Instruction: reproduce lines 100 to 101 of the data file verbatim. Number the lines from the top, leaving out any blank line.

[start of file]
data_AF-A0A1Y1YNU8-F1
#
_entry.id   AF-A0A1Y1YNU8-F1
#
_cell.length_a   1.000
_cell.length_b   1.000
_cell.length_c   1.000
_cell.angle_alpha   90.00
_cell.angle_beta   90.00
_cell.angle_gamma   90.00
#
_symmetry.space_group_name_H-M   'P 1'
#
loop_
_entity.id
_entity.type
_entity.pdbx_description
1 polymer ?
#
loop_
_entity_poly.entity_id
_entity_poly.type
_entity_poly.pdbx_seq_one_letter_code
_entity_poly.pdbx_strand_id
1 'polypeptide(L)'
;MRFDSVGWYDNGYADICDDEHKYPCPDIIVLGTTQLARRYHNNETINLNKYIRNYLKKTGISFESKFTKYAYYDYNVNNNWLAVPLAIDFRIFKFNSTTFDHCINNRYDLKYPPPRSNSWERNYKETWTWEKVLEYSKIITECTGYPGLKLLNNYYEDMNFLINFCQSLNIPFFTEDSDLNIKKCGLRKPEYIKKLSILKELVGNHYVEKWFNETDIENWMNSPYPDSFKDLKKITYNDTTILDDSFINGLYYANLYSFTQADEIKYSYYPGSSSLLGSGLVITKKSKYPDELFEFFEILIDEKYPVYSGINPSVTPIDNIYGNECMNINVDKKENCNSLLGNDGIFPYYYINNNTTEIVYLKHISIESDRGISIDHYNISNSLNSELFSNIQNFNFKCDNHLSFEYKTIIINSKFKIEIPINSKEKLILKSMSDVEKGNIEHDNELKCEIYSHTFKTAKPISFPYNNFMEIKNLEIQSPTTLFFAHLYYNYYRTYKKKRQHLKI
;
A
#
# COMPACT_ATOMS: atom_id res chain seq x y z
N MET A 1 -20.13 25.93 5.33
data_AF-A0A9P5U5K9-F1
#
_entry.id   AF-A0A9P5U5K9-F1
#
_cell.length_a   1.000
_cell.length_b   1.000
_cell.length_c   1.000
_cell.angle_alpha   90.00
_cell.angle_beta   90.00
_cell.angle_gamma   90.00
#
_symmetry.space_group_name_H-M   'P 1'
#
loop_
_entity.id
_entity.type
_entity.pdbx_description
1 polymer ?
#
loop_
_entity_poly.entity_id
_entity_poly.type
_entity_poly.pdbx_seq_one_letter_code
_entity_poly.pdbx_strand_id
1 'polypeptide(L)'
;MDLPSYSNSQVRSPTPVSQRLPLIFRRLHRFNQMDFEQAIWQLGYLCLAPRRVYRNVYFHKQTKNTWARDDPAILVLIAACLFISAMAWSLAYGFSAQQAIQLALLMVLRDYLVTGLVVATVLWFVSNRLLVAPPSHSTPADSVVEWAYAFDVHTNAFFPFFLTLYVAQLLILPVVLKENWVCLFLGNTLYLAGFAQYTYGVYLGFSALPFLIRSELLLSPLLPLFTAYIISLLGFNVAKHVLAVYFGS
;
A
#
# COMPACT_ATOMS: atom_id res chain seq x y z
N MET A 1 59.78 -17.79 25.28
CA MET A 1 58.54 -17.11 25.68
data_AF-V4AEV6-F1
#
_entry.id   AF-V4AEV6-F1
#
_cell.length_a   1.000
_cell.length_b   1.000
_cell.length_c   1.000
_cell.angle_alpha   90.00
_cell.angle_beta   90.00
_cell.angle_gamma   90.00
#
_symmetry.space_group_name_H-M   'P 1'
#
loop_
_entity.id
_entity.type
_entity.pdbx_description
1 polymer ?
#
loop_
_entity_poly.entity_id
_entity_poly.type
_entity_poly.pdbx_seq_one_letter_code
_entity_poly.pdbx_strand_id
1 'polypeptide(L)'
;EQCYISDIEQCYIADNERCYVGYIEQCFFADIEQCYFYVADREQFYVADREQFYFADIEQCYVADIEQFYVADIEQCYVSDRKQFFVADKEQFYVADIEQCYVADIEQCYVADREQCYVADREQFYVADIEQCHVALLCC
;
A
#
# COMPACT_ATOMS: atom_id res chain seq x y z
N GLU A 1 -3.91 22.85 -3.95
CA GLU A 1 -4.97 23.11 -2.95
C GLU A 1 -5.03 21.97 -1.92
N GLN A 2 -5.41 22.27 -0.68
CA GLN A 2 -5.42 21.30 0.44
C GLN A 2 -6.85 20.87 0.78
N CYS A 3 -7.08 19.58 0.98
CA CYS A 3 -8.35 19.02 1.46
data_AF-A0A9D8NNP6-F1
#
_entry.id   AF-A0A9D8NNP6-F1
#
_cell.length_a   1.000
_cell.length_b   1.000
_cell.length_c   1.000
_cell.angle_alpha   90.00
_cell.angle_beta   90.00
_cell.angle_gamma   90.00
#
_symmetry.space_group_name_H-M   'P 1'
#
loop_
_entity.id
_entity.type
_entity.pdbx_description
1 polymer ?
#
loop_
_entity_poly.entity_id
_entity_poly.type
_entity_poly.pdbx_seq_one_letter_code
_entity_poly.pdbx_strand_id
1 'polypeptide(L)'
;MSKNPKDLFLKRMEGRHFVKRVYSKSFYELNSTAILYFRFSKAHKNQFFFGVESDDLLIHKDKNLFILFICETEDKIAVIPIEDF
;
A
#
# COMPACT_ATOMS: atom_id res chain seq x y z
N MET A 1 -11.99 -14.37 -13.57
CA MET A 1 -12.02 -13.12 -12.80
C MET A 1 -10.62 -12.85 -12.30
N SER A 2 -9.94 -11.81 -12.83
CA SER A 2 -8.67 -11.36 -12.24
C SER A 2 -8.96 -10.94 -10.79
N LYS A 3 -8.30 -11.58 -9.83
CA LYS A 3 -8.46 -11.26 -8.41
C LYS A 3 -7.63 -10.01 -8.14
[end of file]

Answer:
N CYS A 3 -7.08 19.58 0.98
CA CYS A 3 -8.35 19.02 1.46